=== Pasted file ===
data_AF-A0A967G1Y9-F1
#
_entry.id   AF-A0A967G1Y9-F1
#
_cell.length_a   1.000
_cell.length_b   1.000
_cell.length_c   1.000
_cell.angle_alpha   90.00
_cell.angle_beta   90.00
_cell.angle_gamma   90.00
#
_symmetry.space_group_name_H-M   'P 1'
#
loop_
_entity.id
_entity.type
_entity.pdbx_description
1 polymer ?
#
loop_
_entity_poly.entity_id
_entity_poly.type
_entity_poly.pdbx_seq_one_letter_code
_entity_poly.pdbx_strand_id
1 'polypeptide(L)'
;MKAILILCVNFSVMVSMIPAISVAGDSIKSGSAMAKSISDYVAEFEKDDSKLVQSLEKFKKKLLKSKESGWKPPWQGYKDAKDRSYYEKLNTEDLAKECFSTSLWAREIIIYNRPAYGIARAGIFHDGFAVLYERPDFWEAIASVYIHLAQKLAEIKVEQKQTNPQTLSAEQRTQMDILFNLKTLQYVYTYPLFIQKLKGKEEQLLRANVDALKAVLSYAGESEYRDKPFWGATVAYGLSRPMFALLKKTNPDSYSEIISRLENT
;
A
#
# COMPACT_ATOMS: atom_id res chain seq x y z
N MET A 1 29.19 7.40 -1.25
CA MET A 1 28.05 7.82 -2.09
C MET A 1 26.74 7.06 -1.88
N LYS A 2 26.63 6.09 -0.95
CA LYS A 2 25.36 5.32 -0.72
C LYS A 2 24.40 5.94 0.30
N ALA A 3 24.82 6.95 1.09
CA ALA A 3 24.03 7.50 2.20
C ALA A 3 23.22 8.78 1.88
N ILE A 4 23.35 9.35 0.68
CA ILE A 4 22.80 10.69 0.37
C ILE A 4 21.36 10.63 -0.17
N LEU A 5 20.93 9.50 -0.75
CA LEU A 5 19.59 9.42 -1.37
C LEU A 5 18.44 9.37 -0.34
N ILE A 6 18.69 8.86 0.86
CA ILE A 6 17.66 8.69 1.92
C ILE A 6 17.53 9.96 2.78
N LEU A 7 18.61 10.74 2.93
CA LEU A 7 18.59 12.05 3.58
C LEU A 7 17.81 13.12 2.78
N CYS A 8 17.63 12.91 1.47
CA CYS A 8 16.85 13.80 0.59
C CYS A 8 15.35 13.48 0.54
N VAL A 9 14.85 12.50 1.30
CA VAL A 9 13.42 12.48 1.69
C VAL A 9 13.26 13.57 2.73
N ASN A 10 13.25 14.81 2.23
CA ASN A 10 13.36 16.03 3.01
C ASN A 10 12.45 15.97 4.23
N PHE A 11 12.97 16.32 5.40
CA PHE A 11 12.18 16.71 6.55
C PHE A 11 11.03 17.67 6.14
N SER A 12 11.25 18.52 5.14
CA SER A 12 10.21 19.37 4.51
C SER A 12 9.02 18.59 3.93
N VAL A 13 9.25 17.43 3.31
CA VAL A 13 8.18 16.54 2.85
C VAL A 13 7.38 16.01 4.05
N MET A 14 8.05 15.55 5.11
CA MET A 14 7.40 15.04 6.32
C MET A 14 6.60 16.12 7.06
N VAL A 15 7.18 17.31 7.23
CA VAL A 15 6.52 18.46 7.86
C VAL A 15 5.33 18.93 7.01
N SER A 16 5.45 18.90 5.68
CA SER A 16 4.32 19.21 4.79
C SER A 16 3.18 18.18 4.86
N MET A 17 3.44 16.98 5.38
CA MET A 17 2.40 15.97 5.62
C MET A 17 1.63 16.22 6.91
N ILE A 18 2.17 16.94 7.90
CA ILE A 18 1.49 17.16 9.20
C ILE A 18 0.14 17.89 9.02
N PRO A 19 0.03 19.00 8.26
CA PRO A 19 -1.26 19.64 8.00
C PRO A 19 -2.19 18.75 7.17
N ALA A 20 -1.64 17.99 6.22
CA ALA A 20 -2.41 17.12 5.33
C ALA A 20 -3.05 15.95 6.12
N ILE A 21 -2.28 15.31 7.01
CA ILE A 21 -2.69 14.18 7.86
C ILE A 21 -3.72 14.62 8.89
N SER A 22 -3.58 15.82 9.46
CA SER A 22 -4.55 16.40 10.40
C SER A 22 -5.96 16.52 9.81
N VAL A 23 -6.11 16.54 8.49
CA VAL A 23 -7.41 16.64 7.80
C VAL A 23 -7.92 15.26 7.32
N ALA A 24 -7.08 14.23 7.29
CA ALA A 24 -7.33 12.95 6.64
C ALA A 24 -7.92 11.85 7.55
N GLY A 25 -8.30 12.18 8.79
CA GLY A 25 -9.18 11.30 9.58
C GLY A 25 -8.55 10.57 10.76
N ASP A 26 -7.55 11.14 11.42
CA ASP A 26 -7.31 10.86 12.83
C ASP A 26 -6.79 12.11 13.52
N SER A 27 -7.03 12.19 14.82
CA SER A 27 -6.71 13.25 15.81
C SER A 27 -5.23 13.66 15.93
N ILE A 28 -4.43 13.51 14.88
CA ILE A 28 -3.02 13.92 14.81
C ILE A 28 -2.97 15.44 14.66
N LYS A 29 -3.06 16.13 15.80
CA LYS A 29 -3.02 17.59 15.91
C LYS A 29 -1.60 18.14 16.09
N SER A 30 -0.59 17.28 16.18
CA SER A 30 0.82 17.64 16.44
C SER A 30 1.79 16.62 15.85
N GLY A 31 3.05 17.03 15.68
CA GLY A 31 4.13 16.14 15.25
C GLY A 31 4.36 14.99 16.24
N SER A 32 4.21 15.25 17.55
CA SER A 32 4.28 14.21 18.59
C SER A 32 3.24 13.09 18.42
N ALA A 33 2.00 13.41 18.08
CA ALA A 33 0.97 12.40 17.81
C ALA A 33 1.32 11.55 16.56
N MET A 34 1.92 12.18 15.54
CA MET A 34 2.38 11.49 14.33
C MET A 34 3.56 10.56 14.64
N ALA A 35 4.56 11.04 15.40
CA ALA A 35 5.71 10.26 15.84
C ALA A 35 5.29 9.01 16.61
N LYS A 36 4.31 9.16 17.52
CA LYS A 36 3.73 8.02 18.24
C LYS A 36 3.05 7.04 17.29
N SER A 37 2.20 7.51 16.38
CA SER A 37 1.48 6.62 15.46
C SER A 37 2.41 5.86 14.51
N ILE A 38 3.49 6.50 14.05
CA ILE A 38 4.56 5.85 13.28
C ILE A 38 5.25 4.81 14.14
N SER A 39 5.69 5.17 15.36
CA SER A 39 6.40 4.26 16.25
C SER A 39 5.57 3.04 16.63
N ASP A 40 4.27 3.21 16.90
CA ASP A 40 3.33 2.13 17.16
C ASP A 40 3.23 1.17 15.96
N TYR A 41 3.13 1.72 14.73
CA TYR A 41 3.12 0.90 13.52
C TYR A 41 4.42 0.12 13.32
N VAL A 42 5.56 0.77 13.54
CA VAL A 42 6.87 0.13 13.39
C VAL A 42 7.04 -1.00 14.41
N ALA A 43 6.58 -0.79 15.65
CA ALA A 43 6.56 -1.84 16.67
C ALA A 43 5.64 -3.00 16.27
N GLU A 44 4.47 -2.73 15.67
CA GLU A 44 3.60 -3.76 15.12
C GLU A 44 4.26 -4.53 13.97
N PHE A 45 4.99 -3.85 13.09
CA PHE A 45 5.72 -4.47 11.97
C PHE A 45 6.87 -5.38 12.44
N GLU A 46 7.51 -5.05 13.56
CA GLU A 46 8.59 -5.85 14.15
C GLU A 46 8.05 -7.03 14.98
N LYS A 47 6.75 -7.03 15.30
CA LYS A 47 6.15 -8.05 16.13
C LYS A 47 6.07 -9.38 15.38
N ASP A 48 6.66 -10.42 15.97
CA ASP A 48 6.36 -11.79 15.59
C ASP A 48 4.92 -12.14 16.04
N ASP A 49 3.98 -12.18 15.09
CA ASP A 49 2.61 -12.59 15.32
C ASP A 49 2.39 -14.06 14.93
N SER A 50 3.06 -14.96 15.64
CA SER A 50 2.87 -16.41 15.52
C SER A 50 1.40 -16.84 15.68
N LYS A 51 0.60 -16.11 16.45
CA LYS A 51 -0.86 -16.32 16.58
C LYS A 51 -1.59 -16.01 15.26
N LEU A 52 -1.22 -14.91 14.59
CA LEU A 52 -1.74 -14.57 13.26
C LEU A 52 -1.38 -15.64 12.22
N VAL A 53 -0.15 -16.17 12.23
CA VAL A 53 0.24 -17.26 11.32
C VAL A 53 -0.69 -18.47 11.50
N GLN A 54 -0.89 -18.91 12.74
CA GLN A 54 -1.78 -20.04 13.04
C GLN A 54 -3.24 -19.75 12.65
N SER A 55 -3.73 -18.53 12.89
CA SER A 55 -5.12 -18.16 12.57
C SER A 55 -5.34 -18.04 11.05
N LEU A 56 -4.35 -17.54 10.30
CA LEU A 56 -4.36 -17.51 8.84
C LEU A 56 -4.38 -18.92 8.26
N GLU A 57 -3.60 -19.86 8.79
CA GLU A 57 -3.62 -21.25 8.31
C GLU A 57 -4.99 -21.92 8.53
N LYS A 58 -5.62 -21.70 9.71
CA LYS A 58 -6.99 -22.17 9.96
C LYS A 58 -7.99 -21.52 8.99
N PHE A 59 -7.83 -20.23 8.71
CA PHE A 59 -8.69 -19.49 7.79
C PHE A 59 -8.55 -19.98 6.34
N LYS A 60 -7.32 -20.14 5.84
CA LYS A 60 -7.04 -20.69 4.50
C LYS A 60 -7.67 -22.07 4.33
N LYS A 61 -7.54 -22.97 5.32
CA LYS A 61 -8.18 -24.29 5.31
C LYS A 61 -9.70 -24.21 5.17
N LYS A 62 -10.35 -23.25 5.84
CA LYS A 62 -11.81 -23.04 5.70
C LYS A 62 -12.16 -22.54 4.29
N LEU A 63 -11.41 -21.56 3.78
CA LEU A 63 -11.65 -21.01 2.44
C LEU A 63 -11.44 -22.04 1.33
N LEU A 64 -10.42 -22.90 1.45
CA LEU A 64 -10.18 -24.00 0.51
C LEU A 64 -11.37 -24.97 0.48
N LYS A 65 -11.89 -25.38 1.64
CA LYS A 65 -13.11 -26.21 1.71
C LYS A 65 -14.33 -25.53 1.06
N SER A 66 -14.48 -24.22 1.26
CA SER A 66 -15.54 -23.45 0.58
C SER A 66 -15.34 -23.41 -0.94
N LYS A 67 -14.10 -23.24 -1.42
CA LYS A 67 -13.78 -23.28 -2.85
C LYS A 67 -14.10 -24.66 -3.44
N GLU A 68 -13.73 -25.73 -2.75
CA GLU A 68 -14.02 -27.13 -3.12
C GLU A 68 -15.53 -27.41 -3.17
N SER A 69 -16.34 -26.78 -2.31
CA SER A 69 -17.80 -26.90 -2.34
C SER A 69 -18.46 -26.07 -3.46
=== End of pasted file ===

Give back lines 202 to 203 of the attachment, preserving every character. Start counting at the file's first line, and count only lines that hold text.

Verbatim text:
N LYS A 58 -5.62 -21.70 9.71
CA LYS A 58 -6.99 -22.17 9.96